Iraq's northern Kurdistan region has been relatively free of the sectarian fighting that has crippled the rest of the country, but a rare attack by Sunni Kurds on a religious group called Yazidi has local leaders working to ease tensions. VOA's Barry Newhouse attended a meeting of Kurdish religious and clan chiefs in a village north of Mosul, and has this report.
The problems started last week in the village of Sheikhan, when, villagers say, a Sunni Kurdish woman in a domestic dispute left her home and got into a car with two Yazidi men. She was later killed by her family for dishonoring them.
The two Yazidi men went into hiding, and, villagers say, a mob of Sunni Kurds burned down several Yazidi buildings and homes. Some of the burning buildings were captured on cell phone video. Villagers say armed men then surrounded the home of the Yazidi spiritual leader, Prince Tahsin Sayid Beg, and fired dozens of rounds into the house, which is still pock-marked with bullet holes. No one was hurt.
Mamo Osman is a Yazidi official in the Kurdistan Regional Government. He says the attack against the spiritual leader of some 500,000 Yazidis was a serious incident.
"Yazidis regard this attack against the family of the prince as an attack against all Yazidis," said Mamo Osman.
The prince immediately called for his followers not to seek retribution.
"I say, 'do not shoot any person," he said. "Stay in your house, and do not fight.' If I did not talk, maybe now two or 300 people would have been killed."
The Kurdish government quickly sent soldiers in to keep the peace and rounded up some local security officials believed to have been involved in the incident. Officials have vowed the attack will be handled under the law.
On Monday, Prince Tahsin met with Sunni Kurdish clan leaders in his bullet-damaged home to discuss the incident, and what can be done to prevent further violence.
Gelan Mizuri is the leader of the Sunni Kurdish Mizuri clan. Taking a break from the meeting, he said some of his clan members were involved in the attack.
He says the attack was not premeditated. But, he says, there are some extremist groups trying to stoke regional and ethnic tensions to prevent this part of Iraq from staying peaceful.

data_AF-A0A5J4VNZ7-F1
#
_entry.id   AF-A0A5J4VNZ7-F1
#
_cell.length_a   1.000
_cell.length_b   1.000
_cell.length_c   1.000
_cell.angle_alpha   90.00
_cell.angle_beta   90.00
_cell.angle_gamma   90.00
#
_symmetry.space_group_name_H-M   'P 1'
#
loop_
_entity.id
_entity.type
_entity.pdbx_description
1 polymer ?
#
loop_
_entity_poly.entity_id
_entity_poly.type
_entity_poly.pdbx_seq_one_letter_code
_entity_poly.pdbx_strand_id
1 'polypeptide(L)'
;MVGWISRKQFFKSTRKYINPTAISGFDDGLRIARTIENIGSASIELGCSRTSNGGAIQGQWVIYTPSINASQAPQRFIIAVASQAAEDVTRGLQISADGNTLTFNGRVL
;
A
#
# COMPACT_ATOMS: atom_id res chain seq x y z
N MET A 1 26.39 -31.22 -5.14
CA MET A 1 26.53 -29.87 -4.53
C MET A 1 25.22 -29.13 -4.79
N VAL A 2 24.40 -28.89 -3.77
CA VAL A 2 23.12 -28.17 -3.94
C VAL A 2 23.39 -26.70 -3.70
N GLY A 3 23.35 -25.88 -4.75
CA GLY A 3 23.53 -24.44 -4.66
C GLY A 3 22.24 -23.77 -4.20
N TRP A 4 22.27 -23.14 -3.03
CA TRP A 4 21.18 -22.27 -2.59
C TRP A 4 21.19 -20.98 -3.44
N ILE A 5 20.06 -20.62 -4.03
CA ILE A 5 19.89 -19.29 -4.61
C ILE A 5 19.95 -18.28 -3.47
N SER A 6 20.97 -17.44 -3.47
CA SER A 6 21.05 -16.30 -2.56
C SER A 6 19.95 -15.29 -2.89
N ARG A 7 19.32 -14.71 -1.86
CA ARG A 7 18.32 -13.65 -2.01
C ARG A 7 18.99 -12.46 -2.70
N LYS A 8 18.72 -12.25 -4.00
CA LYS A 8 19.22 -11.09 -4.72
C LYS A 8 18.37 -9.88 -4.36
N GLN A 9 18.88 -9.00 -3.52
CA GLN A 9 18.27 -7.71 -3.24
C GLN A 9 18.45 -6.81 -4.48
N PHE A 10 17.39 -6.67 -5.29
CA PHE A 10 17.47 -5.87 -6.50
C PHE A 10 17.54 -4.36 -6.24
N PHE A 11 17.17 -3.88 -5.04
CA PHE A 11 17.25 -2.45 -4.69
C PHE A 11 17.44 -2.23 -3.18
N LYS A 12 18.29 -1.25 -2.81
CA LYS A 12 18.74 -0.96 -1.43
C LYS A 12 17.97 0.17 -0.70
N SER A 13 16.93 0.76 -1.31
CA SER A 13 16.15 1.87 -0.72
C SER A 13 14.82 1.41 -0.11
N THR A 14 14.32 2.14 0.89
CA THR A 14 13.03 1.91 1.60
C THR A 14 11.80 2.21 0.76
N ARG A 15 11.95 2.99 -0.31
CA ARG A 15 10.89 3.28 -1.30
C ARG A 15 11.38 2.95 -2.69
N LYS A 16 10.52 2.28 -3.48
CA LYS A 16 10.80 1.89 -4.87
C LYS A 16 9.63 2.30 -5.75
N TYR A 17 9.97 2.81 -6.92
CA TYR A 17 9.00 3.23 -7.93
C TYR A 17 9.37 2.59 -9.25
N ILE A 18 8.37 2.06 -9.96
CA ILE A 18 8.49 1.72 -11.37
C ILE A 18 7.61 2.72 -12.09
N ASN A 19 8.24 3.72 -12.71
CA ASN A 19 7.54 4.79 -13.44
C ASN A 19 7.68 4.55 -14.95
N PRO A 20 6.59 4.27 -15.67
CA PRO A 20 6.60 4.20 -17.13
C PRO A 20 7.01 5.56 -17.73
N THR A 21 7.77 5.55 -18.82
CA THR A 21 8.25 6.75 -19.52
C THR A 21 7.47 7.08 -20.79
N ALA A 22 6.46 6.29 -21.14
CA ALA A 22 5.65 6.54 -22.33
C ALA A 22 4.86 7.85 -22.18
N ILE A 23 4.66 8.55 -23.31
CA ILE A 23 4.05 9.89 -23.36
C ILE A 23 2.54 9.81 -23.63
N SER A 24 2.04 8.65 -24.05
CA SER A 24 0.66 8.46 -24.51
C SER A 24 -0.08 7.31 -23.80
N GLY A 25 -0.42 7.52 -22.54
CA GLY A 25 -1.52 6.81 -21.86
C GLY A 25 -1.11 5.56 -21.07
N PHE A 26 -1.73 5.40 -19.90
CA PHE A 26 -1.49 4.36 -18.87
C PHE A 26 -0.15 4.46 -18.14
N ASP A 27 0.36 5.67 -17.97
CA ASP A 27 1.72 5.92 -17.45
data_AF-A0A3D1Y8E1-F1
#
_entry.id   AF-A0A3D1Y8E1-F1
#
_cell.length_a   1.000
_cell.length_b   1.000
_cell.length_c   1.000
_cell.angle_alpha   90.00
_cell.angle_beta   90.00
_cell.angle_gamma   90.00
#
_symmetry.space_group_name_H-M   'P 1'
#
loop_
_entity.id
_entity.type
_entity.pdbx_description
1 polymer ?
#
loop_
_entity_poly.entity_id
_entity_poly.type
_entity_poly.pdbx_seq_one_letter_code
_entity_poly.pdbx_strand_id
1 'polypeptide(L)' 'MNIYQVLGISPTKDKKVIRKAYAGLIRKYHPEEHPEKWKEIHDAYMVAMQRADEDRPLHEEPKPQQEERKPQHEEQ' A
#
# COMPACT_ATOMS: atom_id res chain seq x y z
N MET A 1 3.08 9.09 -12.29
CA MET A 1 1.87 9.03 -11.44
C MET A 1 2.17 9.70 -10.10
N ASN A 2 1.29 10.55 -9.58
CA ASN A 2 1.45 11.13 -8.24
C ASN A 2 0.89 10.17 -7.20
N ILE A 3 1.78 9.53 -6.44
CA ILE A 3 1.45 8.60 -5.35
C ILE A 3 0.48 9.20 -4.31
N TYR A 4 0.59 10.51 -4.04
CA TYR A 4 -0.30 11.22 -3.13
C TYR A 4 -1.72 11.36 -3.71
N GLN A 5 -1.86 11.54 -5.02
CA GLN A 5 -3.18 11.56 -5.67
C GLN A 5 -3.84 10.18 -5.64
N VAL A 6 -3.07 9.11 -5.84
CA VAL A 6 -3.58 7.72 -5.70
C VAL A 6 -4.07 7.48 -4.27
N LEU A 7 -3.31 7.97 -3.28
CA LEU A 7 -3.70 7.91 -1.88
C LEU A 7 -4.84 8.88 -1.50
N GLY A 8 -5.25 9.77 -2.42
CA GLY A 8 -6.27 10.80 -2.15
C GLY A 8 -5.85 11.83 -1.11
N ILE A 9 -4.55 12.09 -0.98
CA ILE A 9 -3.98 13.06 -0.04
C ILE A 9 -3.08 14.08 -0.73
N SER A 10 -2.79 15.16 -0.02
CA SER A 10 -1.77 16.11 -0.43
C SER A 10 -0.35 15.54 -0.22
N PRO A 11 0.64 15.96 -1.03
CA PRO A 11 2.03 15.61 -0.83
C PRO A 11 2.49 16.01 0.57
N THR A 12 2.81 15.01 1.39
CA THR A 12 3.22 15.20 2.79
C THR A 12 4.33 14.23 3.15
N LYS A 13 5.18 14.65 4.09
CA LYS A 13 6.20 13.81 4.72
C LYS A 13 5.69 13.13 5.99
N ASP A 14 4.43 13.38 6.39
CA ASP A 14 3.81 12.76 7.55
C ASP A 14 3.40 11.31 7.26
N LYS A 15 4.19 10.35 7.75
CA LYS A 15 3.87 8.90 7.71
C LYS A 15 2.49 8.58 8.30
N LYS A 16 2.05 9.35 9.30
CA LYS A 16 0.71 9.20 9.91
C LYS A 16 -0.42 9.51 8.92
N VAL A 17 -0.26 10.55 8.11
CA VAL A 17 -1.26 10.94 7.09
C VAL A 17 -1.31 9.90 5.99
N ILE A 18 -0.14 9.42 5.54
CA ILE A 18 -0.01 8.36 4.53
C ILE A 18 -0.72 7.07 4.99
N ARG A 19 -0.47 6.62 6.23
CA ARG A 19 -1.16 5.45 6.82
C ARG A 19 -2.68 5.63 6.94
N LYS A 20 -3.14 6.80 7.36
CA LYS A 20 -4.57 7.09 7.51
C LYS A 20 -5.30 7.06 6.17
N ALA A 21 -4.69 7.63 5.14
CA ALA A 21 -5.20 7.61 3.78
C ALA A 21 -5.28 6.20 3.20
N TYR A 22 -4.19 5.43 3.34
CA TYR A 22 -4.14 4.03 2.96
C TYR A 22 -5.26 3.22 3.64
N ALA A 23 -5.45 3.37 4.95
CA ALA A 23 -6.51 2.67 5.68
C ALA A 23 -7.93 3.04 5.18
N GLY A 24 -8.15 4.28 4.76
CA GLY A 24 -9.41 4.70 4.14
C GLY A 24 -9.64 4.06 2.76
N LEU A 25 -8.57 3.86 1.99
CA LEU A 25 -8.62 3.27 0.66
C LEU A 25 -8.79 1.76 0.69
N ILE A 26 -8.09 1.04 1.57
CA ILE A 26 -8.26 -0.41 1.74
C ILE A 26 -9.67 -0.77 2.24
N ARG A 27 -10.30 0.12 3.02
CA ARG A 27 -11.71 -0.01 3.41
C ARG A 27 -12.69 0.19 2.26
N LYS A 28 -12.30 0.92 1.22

Mizuri says that, with Prince Tahsin's appeals for peace, and the presence of Kurdish security forces, he thinks there will not be further violence.
But the village of Sheikhan is only about 50 kilometers from Mosul, where near daily sectarian killings have caused many Iraqis to flee their homes. Prince Tahsin says, there are some extremist Muslim leaders in Mosul, who are trying to increase tensions.
"Some mullahs in Mosul, some mullahs in Kurdistan they do that - they say you should go kill the Yazidi," said Prince Tahsin.
The Yazidi religion is one of the oldest in the world. Scholars date it to well before Islam and Christianity. And, while the three religions have co-existed relatively peacefully in this part of Iraq in recent years, that has not always been the case.
Mamo Osman, the Yazidi official in the regional government, says Yazidis were massacred by Muslims about 100 years ago, partly because of the perception that the Yazidi religious practices were heretical.
"A lot of people - the fanatical - those are the people who regard the Yazidi as devil-worshippers, that they should be converted to Islam, because they do not believe in the real God," he said. "After more than 100 years, the same attitudes are appearing on the surface."
But Mamo Osman says that, despite the recent problems, he believes this incident will be a turning point for the Kurdish government in enforcing law and order. He says Yazidi and Muslim Kurds are represented in the regional government, and should be able to co-exist peacefully.
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